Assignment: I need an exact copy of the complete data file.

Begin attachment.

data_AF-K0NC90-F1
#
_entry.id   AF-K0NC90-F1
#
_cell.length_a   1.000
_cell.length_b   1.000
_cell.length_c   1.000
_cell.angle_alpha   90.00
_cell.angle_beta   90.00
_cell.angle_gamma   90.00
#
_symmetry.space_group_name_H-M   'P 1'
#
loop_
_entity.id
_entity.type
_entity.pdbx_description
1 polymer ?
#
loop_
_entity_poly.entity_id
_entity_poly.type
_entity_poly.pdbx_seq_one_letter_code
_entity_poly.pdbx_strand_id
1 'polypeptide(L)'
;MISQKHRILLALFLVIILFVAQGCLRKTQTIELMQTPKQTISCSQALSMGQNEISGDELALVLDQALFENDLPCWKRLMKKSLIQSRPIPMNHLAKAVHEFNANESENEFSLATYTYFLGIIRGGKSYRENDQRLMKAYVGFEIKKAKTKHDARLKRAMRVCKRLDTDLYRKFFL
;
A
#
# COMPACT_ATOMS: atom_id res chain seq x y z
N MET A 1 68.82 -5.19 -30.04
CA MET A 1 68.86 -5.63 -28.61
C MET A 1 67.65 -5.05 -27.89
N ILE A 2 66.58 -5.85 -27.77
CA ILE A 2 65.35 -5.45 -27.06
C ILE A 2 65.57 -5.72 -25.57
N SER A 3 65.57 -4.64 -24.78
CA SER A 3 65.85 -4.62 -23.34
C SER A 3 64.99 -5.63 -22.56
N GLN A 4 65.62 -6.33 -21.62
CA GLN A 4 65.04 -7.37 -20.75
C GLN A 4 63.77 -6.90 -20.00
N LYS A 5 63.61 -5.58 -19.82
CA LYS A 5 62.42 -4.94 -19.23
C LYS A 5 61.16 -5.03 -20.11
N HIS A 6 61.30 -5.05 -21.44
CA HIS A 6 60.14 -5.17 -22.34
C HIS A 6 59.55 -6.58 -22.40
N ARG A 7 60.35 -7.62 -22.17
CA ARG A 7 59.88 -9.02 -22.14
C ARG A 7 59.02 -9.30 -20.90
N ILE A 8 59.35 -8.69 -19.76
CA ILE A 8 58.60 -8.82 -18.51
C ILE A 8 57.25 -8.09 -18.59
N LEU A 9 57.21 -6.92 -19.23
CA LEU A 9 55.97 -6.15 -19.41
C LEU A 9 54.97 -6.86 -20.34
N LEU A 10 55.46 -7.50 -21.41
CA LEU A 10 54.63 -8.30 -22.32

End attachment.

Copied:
data_AF-K0NC90-F1
#
_entry.id   AF-K0NC90-F1
#
_cell.length_a   1.000
_cell.length_b   1.000
_cell.length_c   1.000
_cell.angle_alpha   90.00
_cell.angle_beta   90.00
_cell.angle_gamma   90.00
#
_symmetry.space_group_name_H-M   'P 1'
#
loop_
_entity.id
_entity.type
_entity.pdbx_description
1 polymer ?
#
loop_
_entity_poly.entity_id
_entity_poly.type
_entity_poly.pdbx_seq_one_letter_code
_entity_poly.pdbx_strand_id
1 'polypeptide(L)'
;MISQKHRILLALFLVIILFVAQGCLRKTQTIELMQTPKQTISCSQALSMGQNEISGDELALVLDQALFENDLPCWKRLMKKSLIQSRPIPMNHLAKAVHEFNANESENEFSLATYTYFLGIIRGGKSYRENDQRLMKAYVGFEIKKAKTKHDARLKRAMRVCKRLDTDLYRKFFL
;
A
#
# COMPACT_ATOMS: atom_id res chain seq x y z
N MET A 1 68.82 -5.19 -30.04
CA MET A 1 68.86 -5.63 -28.61
C MET A 1 67.65 -5.05 -27.89
N ILE A 2 66.58 -5.85 -27.77
CA ILE A 2 65.35 -5.45 -27.06
C ILE A 2 65.57 -5.72 -25.57
N SER A 3 65.57 -4.64 -24.78
CA SER A 3 65.85 -4.62 -23.34
C SER A 3 64.99 -5.63 -22.56
N GLN A 4 65.62 -6.33 -21.62
CA GLN A 4 65.04 -7.37 -20.75
C GLN A 4 63.77 -6.90 -20.00
N LYS A 5 63.61 -5.58 -19.82
CA LYS A 5 62.42 -4.94 -19.23
C LYS A 5 61.16 -5.03 -20.11
N HIS A 6 61.30 -5.05 -21.44
CA HIS A 6 60.14 -5.17 -22.34
C HIS A 6 59.55 -6.58 -22.40
N ARG A 7 60.35 -7.62 -22.17
CA ARG A 7 59.88 -9.02 -22.14
C ARG A 7 59.02 -9.30 -20.90
N ILE A 8 59.35 -8.69 -19.76
CA ILE A 8 58.60 -8.82 -18.51
C ILE A 8 57.25 -8.09 -18.59
N LEU A 9 57.21 -6.92 -19.23
CA LEU A 9 55.97 -6.15 -19.41
C LEU A 9 54.97 -6.86 -20.34
N LEU A 10 55.46 -7.50 -21.41
CA LEU A 10 54.63 -8.30 -22.32